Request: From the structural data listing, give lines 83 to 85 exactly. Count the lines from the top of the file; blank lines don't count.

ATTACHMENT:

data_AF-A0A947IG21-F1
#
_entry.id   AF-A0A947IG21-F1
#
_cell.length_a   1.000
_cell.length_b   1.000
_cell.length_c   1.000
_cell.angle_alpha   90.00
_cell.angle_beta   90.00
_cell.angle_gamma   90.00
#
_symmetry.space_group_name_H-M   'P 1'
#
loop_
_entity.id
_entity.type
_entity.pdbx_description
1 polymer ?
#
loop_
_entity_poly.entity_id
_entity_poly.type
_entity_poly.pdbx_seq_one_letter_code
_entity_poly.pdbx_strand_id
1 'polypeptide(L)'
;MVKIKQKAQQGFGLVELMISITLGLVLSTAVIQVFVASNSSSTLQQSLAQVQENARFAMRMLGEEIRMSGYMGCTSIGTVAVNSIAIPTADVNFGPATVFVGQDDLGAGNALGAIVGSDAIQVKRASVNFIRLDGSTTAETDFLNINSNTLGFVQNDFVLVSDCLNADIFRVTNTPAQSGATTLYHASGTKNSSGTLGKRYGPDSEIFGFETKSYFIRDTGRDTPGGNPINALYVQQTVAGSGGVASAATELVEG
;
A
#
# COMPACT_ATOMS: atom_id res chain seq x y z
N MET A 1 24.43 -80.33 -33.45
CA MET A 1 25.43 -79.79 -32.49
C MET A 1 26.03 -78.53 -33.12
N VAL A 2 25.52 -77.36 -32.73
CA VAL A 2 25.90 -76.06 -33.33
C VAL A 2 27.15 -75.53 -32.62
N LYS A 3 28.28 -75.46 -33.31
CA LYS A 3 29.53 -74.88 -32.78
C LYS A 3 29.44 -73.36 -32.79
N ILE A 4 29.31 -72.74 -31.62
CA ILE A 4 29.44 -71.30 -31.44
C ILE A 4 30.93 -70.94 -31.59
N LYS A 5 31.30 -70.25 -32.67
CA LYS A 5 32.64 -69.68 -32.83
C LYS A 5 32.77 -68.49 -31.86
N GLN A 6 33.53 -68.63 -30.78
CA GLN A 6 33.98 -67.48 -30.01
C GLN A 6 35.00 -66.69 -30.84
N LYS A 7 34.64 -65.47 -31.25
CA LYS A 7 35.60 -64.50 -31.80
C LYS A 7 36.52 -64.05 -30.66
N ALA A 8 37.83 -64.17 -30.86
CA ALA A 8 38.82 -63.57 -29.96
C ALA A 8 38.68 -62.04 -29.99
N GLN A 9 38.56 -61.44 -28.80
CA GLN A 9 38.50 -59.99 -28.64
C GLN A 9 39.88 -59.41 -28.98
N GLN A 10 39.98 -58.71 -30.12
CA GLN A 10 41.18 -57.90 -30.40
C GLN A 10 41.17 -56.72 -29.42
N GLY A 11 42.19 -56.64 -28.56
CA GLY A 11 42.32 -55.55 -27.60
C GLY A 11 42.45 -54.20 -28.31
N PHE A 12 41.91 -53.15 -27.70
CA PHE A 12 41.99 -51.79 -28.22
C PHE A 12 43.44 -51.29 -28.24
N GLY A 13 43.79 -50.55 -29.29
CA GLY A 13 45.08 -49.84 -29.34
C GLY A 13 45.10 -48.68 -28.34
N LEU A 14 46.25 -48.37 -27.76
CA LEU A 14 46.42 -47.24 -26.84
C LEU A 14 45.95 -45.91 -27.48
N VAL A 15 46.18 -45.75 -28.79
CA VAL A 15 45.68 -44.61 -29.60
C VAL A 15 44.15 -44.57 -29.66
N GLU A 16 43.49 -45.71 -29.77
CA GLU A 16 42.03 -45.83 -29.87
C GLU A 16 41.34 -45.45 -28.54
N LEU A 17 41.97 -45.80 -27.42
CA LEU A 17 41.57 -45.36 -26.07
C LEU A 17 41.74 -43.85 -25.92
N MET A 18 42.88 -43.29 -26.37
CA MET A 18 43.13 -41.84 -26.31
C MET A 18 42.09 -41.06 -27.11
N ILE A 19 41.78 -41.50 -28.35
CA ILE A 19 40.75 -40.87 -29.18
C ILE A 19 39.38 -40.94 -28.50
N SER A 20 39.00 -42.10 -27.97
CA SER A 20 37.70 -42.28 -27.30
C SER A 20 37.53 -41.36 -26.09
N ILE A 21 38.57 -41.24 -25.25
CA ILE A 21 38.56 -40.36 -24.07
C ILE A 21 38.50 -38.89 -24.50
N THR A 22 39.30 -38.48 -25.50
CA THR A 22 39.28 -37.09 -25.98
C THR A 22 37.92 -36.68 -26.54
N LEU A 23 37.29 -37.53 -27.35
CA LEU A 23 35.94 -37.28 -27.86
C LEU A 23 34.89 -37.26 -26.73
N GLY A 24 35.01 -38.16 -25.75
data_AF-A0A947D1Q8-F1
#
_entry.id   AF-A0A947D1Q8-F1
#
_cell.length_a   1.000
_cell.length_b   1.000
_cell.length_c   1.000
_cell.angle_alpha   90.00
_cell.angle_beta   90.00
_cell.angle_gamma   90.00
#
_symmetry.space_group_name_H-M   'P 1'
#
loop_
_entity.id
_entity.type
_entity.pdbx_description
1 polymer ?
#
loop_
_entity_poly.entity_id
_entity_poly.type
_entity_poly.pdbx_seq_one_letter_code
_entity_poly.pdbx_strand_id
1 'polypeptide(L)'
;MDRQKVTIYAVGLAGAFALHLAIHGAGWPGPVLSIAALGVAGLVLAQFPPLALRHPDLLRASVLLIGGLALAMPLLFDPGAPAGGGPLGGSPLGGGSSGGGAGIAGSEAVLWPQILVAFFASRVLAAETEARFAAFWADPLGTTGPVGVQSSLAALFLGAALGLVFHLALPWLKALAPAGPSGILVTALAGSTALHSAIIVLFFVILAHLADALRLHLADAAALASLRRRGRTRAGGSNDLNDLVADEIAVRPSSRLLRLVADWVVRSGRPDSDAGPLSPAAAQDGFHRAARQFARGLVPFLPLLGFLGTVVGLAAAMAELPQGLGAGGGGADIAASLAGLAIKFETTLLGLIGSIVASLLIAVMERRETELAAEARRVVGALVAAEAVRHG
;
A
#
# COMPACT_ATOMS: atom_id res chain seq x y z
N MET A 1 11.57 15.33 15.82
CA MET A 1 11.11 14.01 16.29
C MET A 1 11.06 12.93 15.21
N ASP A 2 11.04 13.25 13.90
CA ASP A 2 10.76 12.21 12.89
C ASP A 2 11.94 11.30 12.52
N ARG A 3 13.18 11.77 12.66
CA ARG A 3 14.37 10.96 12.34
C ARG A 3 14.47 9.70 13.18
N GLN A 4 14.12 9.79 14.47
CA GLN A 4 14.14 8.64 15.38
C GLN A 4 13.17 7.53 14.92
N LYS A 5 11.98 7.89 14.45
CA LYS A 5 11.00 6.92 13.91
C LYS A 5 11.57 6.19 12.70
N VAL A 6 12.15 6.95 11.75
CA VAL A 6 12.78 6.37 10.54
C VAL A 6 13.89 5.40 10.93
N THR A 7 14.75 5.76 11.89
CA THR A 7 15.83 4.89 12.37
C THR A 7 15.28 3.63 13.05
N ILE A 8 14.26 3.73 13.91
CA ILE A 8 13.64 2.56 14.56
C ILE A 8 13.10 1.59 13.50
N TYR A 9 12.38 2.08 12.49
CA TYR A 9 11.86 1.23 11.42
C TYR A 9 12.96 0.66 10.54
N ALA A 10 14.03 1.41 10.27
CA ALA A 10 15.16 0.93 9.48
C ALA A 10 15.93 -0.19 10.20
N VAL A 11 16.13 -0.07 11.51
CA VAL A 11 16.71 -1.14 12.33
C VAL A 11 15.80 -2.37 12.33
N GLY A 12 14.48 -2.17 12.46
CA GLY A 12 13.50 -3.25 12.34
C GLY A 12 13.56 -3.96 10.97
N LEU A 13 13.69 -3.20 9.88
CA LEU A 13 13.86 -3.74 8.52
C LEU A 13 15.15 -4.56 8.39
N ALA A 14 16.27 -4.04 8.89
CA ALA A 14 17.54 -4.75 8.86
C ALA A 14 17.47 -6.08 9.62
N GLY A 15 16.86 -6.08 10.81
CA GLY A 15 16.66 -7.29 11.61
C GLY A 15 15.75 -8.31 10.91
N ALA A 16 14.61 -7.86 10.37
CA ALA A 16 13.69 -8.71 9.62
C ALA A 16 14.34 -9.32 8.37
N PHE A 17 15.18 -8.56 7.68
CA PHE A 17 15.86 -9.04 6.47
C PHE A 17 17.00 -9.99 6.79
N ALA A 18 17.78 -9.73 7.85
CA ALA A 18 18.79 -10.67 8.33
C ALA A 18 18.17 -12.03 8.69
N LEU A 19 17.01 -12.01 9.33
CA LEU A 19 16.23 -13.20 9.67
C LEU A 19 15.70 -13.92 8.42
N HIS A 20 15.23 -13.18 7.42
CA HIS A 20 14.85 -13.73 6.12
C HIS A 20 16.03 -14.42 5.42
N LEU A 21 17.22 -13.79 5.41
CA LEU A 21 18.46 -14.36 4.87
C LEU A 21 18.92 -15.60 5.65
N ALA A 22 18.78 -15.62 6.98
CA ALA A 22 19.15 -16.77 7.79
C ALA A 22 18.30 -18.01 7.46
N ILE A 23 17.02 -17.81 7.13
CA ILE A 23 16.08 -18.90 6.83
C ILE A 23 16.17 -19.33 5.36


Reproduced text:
CA MET A 18 43.13 -41.84 -26.31
C MET A 18 42.09 -41.06 -27.11
N ILE A 19 41.78 -41.50 -28.35